There remains hope that enough people can be persuaded – either in the primaries or in the general election – that we will be denied the continued hauntings of this supremely vindictive racist narcissist in the fall. Democracy, at least our flawed form of it, could prevail. It’s possible that even the legal system will rise to the occasion, despite him playing it like a fiddle.

Source: Partisan Issues

What of the media’s role and effectiveness? More recent research about the “backfire effect” suggests that even deeply held beliefs may not be set in concrete. As researcher Nyhan put it, “corrective information is typically at least somewhat effective at increasing belief accuracy….” Misperceptions may persist for years, but he suggests that carefully targeting information and breaking what he calls the linkage between group identities and false claims can be effective.

In other words, if the Trumpists begin to see him as a failure, his hold on them may slip. We can only hope he fails in the courts, in time, and in some key primaries, and that the media can drive home word of such slipups. By shooting straight with honest decisions and reporting about a man who reviles them, judges, juries and journalists can make a difference, but all have their work cut out for them.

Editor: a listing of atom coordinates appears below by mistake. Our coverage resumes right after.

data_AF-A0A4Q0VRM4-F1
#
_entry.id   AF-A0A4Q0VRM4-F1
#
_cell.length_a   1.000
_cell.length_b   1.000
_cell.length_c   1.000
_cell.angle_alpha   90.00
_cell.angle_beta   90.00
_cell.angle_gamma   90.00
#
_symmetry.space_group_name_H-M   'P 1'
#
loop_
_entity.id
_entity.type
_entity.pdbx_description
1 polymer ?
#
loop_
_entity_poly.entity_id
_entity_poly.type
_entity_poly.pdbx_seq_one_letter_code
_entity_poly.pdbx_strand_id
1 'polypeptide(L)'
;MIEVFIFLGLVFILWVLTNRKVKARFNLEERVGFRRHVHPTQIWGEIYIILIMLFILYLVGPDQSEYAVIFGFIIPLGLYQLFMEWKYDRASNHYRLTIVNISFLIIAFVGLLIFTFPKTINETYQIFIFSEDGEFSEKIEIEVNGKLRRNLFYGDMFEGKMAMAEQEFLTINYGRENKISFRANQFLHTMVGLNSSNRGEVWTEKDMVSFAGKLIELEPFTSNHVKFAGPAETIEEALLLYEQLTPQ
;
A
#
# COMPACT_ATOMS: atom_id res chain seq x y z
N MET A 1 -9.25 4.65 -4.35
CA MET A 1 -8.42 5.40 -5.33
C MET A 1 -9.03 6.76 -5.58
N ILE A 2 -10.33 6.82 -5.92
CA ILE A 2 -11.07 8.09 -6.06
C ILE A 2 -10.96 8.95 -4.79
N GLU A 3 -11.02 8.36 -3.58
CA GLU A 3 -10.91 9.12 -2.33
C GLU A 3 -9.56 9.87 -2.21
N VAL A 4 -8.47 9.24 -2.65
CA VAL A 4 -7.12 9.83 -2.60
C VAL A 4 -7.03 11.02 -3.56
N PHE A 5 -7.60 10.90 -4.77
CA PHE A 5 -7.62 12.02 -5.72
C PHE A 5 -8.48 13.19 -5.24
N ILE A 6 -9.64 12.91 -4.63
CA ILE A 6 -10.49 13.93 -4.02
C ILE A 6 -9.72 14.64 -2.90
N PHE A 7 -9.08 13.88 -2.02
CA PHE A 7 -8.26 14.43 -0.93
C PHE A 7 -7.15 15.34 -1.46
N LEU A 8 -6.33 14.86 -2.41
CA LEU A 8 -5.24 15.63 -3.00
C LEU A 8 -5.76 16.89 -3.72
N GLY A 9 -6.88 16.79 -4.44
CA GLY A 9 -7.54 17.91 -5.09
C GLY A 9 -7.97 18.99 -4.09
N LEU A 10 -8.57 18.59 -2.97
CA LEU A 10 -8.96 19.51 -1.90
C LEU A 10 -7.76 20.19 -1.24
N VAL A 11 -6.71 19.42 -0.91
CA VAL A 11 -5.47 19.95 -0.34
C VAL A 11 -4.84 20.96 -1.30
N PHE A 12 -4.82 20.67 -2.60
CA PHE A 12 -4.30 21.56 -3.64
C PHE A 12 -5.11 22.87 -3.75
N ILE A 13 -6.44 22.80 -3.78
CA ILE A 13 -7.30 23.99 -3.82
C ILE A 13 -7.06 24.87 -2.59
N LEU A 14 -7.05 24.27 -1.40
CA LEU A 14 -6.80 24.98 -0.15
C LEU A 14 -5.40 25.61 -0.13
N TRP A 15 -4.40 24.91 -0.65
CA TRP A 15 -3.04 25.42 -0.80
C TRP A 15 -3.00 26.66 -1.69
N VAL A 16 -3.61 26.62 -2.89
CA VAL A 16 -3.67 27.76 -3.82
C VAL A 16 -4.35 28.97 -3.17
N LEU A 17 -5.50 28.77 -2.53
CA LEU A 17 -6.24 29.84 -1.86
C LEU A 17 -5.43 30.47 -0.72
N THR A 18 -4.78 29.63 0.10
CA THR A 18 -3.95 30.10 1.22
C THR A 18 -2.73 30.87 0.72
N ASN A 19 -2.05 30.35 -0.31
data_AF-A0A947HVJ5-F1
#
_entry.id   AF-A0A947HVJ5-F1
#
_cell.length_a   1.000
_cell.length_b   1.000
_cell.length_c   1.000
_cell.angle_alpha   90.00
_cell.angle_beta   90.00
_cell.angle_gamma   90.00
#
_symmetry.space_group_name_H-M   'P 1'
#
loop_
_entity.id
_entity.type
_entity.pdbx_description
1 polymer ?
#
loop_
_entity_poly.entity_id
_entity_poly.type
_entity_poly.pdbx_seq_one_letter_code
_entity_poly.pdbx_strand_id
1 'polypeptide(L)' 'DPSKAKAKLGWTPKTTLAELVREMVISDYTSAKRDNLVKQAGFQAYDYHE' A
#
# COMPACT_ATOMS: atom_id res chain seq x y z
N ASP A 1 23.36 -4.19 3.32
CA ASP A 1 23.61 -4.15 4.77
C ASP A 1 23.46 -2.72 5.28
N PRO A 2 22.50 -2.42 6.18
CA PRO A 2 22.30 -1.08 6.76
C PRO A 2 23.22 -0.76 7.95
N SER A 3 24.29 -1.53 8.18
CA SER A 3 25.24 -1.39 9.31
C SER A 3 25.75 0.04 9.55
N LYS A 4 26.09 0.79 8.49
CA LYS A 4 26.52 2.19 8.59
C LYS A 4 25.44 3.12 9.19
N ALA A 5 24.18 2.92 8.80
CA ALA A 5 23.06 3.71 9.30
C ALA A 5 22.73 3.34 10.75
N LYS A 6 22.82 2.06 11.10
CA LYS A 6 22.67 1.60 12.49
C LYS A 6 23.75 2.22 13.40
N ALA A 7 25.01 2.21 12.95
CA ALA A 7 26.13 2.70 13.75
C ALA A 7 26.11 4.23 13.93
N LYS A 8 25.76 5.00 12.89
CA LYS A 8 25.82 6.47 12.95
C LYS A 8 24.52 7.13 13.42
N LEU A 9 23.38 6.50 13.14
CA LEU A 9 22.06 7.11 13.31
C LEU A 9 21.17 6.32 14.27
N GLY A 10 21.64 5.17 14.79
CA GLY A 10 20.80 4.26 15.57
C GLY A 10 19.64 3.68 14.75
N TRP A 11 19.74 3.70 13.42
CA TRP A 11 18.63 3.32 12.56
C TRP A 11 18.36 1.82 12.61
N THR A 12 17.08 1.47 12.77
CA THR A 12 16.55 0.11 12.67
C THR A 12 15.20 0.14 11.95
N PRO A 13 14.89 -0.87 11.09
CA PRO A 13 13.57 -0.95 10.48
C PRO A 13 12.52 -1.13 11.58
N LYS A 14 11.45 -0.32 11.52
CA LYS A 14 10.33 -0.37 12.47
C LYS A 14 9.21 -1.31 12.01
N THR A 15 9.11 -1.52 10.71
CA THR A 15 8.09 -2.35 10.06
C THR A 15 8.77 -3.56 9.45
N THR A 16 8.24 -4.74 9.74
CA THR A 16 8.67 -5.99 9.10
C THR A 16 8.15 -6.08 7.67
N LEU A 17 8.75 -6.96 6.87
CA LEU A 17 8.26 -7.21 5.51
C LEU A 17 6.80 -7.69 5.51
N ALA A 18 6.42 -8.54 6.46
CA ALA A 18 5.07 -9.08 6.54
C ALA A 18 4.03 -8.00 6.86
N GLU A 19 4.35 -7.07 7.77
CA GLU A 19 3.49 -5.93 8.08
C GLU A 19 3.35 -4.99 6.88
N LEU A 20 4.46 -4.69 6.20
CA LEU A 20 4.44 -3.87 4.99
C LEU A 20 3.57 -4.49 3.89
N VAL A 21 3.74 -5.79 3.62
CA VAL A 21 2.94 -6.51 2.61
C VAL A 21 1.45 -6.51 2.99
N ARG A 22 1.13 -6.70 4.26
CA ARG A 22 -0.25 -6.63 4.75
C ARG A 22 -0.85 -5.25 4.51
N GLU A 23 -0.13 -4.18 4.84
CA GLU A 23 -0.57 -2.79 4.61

Non-resolution time

What promises are you making for 2024?

Source: Newsweek

I have always avoided New Year’s resolutions. Partly, that’s because the holiday always struck me as a hollow, made-up affair, with forced excitement and too much drinking. Unlike, say, Christmas or Rosh Hashanah, it really seemed like nothing more substantial than a turning of the calendar. No Times Square cavorting for me.

Moreover, such customary vows as losing weight and exercising would likely prove short-lived or temporary, at best. Old habits die hard and just screwing up one’s resolve only to disappoint oneself in time — often in a very short time — seemed self-defeating.

But now that the calendar seems to turn faster and the road ahead is shorter than the road behind, I wonder if it’s time for me to revisit my reluctance. In whatever time remains, perhaps some goals, and knowing I have the means or ability to reach them, might be useful.